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St John’s Homework Club


This year St John’s students have been participating in Homework Club at the Inala Community House. Students volunteer time to help the refugee and migrant community with homework and other activities to enhance their learning experiences. Mr Milton Dick MP, attended the event to congratulate students and Mr McCrohon on their outstanding work over the past year. To highlight some of the wonderful work of our students , Year Nine student Jake Fordham managed to raise over $150 for the club and provided gifts that were distributed amongst the children that consisted of books, pens, rulers, erasers, highlighters, pencil cases etc.

A message from ICH Homework Club Manager Anushka:

“When working with the refugee and the migrant community, Inala Community House (ICH) identified that there were language barriers for parents that did not have sufficient English knowledge to support their children who were now attending local schools.  Most parents are enrolled in TAFE and were still learning to read and write themselves.  Although they want their children to succeed academically, they do not have the capacity to help them. Homework club was established in 2011 to address that need.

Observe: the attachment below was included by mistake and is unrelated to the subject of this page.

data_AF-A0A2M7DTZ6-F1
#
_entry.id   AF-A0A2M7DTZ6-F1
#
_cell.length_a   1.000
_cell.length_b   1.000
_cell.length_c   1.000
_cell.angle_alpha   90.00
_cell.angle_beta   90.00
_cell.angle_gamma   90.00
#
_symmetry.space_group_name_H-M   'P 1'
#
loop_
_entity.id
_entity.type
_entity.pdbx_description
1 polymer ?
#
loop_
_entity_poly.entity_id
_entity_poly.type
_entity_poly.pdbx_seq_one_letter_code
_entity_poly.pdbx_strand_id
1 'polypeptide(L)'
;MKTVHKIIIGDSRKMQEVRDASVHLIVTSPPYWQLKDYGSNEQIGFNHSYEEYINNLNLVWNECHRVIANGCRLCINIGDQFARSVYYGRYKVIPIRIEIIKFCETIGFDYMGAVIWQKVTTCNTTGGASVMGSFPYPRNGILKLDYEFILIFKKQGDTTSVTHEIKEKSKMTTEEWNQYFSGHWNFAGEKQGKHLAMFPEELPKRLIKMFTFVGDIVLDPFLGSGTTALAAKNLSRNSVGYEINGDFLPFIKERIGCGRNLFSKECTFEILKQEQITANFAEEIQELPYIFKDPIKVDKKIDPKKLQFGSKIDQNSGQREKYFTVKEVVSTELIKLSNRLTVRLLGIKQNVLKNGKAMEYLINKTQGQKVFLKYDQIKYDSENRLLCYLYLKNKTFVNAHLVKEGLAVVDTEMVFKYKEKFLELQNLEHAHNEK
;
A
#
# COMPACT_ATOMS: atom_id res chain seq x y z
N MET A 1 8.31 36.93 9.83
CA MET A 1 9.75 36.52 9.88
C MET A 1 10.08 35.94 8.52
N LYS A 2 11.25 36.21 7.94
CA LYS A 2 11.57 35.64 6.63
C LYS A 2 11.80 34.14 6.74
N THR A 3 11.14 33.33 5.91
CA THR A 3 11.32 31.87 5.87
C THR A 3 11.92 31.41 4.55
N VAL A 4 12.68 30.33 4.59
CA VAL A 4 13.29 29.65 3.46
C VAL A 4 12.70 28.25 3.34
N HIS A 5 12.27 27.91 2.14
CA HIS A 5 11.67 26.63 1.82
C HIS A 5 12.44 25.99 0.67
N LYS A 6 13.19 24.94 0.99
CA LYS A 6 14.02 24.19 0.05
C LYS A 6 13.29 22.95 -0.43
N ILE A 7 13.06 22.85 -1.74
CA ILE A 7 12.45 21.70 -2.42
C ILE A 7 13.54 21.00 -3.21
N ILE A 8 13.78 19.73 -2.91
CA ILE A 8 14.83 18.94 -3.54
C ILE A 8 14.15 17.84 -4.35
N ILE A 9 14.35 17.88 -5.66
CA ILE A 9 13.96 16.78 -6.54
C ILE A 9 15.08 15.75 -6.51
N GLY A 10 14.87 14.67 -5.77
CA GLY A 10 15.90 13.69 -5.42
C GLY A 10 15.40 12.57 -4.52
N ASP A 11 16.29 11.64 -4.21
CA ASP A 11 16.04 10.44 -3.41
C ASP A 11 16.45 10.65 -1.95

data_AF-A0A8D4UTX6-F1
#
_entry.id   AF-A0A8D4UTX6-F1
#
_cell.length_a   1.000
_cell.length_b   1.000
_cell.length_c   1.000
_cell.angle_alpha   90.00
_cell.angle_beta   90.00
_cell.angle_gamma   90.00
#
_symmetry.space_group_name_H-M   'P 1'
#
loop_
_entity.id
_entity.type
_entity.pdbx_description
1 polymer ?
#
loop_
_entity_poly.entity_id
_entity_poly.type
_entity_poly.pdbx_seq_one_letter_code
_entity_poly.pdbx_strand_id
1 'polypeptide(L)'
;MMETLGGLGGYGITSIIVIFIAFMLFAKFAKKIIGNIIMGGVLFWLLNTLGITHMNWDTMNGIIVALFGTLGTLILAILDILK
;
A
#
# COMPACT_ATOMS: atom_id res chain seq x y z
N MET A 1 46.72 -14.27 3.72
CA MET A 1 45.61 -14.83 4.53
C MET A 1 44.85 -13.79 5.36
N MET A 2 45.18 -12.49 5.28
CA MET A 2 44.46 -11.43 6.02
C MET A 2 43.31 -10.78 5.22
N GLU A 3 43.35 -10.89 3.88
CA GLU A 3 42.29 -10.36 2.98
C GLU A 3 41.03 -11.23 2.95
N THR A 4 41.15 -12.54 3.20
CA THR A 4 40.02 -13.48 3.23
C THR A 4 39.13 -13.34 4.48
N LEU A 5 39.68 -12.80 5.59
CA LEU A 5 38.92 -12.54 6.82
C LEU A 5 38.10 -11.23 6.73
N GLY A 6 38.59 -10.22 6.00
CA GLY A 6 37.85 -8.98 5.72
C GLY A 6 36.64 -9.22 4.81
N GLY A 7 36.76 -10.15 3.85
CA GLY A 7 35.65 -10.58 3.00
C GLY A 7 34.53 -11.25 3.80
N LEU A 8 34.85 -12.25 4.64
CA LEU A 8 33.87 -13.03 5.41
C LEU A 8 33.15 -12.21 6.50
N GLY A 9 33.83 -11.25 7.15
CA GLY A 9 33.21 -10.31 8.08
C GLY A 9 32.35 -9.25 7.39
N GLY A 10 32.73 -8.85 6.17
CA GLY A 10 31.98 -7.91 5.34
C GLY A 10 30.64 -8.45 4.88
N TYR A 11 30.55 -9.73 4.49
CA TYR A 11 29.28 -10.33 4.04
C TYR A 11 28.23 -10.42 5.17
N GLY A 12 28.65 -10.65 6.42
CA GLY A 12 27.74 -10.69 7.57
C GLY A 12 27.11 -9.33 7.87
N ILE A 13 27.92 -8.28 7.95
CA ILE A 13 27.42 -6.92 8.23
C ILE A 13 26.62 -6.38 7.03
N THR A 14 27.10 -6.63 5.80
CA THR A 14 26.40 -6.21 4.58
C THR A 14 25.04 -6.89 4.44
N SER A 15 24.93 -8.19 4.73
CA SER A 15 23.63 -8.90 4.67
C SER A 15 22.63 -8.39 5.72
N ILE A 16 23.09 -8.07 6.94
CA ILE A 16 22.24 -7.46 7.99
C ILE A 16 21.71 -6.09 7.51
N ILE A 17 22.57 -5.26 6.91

Homework club targets our CALD community; however we would not turn away any child who needed assistance with their homework.  ICH works with adult volunteers, one of whom is a retired teacher and St John’s ‘Head of Service Learning’, Mr Andrew McCrohon. Through the generous support of the St John’s Anglican College, attending high school students volunteer as well.

We have a steady attendance of around 20 students coming weekly.  Other than completing homework, in 2017 we have introduced other activities to enhance their learning experience.  Through these activities we are seeing more students wanting to read and do extra worksheets. We are also conducting small science experiments and physical activities upon completion of school assigned homework.  Our St John’s volunteers conduct story time and organise the science experiments; and our students have become more engaged through this interaction. “Our primary objective is still the completion of homework. The volunteers and I are always brainstorming new and exciting ideas to inspire the children and encourage a more wholesome learning experience…” said ‘ICH Homework Club’ Coordinator, Anushka Abeyewardene.

It is also important to note: ‘ICH Homework Club’ students come from refugee families, and often are facing various other settlement challenges. As a result, ICH Homework Club has become not only a source of academic support based on Australian schooling system, but also a nurturing network of positive relationships between students, parents and the wider community. “

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